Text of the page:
Jared Bednar often knows very little about the players Colorado obtains in mid-season trades. It doesn’t concern him: As he puts it with a shrug, “I coach the players that they give me.”
Team executives will, however, ask the coach to review video from time to time before making a deal. That was the case with the Avalanche’s newest acquisition from the Maple Leafs.
“Occasionally they’ll say, ‘Hey, we want you to look at this guy and see if he’ll fit,’” Bednar said before Denis Malgin’s Avalanche debut Dec. 21. “I looked a little bit at Malgin. He’s a veteran guy. Can play center and wing. He’s got good skill. Has good pace to his game.”
The early returns on Malgin since that assessment have been promising. The Avs traded Dryden Hunt to Toronto for him in an exchange of bottom-six forwards. Take into account that they didn’t have to give up anyone or anything to add Hunt to the roster several weeks earlier — he was a waiver claim from New York — and adding Malgin seems like a steal.
His ice time alone indicates that he’s another feat of savvy string-pulling by the Avalanche front office. Malgin is averaging 16:22 through his first three games, whereas Hunt averaged 7:51 in his 25 games in Colorado, including 5:12 in the last four. Bednar appreciated Hunt’s consistent “low-event hockey,” but Malgin might bring more offensive upside. A player’s ice time is often an accurate reflection of Bednar’s satisfaction level with that player.
Especially in crunch time, when Colorado tends to lean heavily on top lines. Malgin has been a third-period presence in two close games. The Avs had been 0-8-0 when trailing at the second intermission this season; they rallied to win back-to-back games in that situation after he arrived.
“I liked the way he skated and moved the puck,” Bednar said after Malgin’s debut. “He looked like a confident player with the puck. He was making plays. … I thought he got better as the game went on.”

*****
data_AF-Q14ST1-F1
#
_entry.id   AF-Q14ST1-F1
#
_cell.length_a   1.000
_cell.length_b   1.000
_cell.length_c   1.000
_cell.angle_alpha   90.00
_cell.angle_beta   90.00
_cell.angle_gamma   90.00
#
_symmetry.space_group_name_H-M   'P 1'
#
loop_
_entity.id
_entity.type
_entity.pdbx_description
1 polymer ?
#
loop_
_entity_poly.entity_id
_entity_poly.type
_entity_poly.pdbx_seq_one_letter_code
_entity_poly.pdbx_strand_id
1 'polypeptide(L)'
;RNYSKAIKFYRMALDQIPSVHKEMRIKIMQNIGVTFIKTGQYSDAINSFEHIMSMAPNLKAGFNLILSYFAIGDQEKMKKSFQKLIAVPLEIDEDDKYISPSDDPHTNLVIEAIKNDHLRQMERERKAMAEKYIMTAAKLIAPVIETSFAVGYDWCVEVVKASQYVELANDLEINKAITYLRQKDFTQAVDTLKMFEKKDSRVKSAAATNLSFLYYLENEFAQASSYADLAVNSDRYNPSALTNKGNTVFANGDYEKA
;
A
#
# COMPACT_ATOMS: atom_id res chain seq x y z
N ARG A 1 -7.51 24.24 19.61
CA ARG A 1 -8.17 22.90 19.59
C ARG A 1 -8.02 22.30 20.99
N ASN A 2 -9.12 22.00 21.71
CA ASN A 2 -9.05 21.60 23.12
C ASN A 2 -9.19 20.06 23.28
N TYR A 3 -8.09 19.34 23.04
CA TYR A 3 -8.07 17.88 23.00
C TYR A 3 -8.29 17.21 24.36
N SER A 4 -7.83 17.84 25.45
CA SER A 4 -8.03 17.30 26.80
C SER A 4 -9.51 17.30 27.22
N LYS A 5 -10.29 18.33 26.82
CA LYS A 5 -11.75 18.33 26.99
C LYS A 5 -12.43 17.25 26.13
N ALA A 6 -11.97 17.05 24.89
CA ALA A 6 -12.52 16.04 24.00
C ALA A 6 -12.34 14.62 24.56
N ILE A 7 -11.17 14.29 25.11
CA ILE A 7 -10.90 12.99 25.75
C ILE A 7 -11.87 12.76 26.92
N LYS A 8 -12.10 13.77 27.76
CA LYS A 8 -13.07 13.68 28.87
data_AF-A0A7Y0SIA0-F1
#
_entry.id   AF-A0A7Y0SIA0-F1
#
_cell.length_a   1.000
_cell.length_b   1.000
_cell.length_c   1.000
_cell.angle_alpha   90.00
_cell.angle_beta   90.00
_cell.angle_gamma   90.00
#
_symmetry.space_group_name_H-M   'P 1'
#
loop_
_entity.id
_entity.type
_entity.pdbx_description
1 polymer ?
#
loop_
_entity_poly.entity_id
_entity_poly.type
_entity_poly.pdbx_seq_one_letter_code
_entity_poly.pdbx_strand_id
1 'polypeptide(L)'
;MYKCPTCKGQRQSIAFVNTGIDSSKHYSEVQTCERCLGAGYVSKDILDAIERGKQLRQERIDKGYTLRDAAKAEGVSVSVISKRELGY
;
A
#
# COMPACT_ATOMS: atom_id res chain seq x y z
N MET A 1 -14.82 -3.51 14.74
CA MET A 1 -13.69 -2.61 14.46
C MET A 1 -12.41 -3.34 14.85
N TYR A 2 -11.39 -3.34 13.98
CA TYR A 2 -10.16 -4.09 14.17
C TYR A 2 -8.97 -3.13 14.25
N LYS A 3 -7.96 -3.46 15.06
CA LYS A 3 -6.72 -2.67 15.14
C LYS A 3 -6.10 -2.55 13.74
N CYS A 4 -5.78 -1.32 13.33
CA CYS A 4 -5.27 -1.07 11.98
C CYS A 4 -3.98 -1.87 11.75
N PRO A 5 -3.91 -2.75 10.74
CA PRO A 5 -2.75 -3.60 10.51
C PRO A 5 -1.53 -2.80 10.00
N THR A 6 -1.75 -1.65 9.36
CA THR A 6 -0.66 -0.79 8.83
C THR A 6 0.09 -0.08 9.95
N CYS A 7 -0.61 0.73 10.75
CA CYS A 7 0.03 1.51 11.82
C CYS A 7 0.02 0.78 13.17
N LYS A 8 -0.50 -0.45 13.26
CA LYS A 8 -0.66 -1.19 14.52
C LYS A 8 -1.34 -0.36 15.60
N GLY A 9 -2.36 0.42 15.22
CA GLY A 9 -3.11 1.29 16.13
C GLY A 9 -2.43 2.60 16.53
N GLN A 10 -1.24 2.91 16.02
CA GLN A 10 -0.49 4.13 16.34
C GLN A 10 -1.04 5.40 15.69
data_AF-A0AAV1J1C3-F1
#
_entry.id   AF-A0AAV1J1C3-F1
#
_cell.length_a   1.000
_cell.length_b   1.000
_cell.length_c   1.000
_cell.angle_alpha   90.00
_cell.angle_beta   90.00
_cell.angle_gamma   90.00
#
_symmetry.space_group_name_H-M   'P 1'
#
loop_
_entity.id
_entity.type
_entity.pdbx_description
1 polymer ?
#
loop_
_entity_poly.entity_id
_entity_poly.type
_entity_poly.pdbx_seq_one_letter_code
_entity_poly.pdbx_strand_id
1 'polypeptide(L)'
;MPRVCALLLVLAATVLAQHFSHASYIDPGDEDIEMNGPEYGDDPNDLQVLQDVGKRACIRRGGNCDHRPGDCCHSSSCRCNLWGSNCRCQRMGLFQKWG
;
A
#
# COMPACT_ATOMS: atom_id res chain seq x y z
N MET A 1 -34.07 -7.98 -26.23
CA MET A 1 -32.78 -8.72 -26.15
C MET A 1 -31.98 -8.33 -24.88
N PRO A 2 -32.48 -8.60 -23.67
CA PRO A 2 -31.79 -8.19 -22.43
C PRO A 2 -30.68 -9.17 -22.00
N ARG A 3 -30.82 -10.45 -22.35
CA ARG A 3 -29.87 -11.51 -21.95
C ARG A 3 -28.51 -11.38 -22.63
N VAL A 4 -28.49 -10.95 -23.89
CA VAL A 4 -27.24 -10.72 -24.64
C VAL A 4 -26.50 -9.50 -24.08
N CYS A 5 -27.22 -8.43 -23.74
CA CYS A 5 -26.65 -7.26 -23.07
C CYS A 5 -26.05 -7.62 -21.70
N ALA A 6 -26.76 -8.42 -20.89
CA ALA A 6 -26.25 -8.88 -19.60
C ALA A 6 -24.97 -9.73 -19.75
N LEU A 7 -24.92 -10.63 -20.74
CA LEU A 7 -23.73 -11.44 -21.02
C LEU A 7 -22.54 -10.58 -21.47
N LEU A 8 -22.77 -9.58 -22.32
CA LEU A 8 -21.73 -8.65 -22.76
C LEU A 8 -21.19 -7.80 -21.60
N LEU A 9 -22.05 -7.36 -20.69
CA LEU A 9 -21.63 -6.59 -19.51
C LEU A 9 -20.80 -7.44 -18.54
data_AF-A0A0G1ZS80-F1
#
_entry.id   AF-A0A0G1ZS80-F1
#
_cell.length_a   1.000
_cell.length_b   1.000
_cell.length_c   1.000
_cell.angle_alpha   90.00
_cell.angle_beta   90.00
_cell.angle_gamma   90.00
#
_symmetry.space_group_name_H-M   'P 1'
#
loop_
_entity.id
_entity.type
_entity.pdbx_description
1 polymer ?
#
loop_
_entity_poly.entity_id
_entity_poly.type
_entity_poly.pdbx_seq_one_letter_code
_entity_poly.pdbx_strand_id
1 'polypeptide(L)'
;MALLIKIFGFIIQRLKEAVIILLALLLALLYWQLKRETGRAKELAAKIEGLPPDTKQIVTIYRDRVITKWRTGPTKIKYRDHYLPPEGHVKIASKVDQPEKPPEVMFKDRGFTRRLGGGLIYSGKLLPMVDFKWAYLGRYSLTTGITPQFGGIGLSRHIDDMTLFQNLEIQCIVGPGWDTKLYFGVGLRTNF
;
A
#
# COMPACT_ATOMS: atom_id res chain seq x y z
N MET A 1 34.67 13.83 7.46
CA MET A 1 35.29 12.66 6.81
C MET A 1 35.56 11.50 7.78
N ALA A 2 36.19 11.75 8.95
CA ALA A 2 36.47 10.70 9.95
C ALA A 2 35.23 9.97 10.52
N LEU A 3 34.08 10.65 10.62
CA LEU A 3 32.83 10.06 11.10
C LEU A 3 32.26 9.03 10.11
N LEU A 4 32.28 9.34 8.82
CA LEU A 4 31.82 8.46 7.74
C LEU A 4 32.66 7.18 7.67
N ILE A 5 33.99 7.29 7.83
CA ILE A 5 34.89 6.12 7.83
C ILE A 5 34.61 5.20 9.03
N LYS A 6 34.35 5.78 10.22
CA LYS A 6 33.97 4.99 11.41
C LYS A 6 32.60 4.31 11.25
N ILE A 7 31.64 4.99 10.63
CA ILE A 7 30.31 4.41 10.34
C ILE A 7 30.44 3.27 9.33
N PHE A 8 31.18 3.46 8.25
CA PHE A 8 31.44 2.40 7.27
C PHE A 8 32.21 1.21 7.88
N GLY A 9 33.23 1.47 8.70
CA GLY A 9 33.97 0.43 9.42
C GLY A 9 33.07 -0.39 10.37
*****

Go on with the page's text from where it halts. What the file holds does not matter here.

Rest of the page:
He has eight shots on goal and six hits in three games.
The added minutes are especially crucial as Colorado (19-12-2) limps through injury purgatory. Bottom-six forward Darren Helm continues to be a wild card, skating with the team but not returning to the lineup. Malgin filled in for veteran winger Andrew Cogliano on a line with Logan O’Connor and Ben Meyers while Cogliano was out.
“I thought (Malgin) was really, really good,” Mikko Rantanen said. “I thought he was skating well. He’s a really skilled guy, as we can see. Even at a small size, he can still win battles.”
Not bad for a guy whom most teammates didn’t actually see in action until his Avalanche debut. After the trade, Malgin’s immigration process took time, causing him to miss a practice. His first time on Denver ice was at an optional morning skate before a game. Very few players joined him. That morning, Bednar gave a condensed tutorial of what he usually shows players at training camp using five days’ worth of video.
“Some of it I did on dry-erase board,” Bednar said. “I showed him video clips and asked him what they were doing in Toronto. How different is it? Just kind of laid out the nuts and bolts of it, because I don’t want him to overthink. I want him to go play and be instinctual and use his skill.”